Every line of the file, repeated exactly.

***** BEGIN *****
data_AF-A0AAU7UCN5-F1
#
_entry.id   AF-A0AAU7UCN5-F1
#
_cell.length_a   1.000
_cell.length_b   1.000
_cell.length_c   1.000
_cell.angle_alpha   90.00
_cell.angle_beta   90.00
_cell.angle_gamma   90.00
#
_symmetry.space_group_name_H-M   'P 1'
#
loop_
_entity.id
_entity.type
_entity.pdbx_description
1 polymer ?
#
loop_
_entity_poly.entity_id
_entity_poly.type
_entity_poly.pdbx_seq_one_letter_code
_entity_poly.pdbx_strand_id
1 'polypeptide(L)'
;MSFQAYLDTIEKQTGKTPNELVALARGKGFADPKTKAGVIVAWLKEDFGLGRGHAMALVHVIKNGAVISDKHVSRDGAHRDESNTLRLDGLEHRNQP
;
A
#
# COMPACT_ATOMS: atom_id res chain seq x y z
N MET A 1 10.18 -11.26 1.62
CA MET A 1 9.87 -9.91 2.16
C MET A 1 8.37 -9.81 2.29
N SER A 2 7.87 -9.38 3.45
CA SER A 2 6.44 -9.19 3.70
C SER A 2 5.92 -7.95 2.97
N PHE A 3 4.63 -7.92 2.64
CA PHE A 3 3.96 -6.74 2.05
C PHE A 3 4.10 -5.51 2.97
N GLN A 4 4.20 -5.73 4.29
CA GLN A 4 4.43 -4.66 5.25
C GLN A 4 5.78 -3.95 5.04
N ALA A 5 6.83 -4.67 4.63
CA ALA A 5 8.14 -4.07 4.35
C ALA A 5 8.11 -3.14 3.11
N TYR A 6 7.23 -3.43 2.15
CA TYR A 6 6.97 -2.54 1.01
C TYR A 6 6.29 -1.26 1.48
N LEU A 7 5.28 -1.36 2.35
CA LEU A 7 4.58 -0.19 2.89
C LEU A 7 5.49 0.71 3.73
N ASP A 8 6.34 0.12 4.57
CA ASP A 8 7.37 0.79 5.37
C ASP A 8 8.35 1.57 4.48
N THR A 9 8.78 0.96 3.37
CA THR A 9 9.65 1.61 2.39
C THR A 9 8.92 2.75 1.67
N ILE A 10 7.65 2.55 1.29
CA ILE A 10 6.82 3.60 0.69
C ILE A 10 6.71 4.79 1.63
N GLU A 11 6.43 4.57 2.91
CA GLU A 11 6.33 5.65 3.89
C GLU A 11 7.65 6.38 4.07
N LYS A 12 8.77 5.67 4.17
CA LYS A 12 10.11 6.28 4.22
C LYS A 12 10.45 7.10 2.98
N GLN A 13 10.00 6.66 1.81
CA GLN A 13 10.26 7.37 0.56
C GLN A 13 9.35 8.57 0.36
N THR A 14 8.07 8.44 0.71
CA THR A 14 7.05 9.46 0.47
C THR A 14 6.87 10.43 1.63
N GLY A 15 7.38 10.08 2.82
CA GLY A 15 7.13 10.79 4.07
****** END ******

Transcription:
data_AF-A0AAU7UCN5-F1
#
_entry.id   AF-A0AAU7UCN5-F1
#
_cell.length_a   1.000
_cell.length_b   1.000
_cell.length_c   1.000
_cell.angle_alpha   90.00
_cell.angle_beta   90.00
_cell.angle_gamma   90.00
#
_symmetry.space_group_name_H-M   'P 1'
#
loop_
_entity.id
_entity.type
_entity.pdbx_description
1 polymer ?
#
loop_
_entity_poly.entity_id
_entity_poly.type
_entity_poly.pdbx_seq_one_letter_code
_entity_poly.pdbx_strand_id
1 'polypeptide(L)'
;MSFQAYLDTIEKQTGKTPNELVALARGKGFADPKTKAGVIVAWLKEDFGLGRGHAMALVHVIKNGAVISDKHVSRDGAHRDESNTLRLDGLEHRNQP
;
A
#
# COMPACT_ATOMS: atom_id res chain seq x y z
N MET A 1 10.18 -11.26 1.62
CA MET A 1 9.87 -9.91 2.16
C MET A 1 8.37 -9.81 2.29
N SER A 2 7.87 -9.38 3.45
CA SER A 2 6.44 -9.19 3.70
C SER A 2 5.92 -7.95 2.97
N PHE A 3 4.63 -7.92 2.64
CA PHE A 3 3.96 -6.74 2.05
C PHE A 3 4.10 -5.51 2.97
N GLN A 4 4.20 -5.73 4.29
CA GLN A 4 4.43 -4.66 5.25
C GLN A 4 5.78 -3.95 5.04
N ALA A 5 6.83 -4.67 4.63
CA ALA A 5 8.14 -4.07 4.35
C ALA A 5 8.11 -3.14 3.11
N TYR A 6 7.23 -3.43 2.15
CA TYR A 6 6.97 -2.54 1.01
C TYR A 6 6.29 -1.26 1.48
N LEU A 7 5.28 -1.36 2.35
CA LEU A 7 4.58 -0.19 2.89
C LEU A 7 5.49 0.71 3.73
N ASP A 8 6.34 0.12 4.57
CA ASP A 8 7.37 0.79 5.37
C ASP A 8 8.35 1.57 4.48
N THR A 9 8.78 0.96 3.37
CA THR A 9 9.65 1.61 2.39
C THR A 9 8.92 2.75 1.67
N ILE A 10 7.65 2.55 1.29
CA ILE A 10 6.82 3.60 0.69
C ILE A 10 6.71 4.79 1.63
N GLU A 11 6.43 4.57 2.91
CA GLU A 11 6.33 5.65 3.89
C GLU A 11 7.65 6.38 4.07
N LYS A 12 8.77 5.67 4.17
CA LYS A 12 10.11 6.28 4.22
C LYS A 12 10.45 7.10 2.98
N GLN A 13 10.00 6.66 1.81
CA GLN A 13 10.26 7.37 0.56
C GLN A 13 9.35 8.57 0.36
N THR A 14 8.07 8.44 0.71
CA THR A 14 7.05 9.46 0.47
C THR A 14 6.87 10.43 1.63
N GLY A 15 7.38 10.08 2.82
CA GLY A 15 7.13 10.79 4.07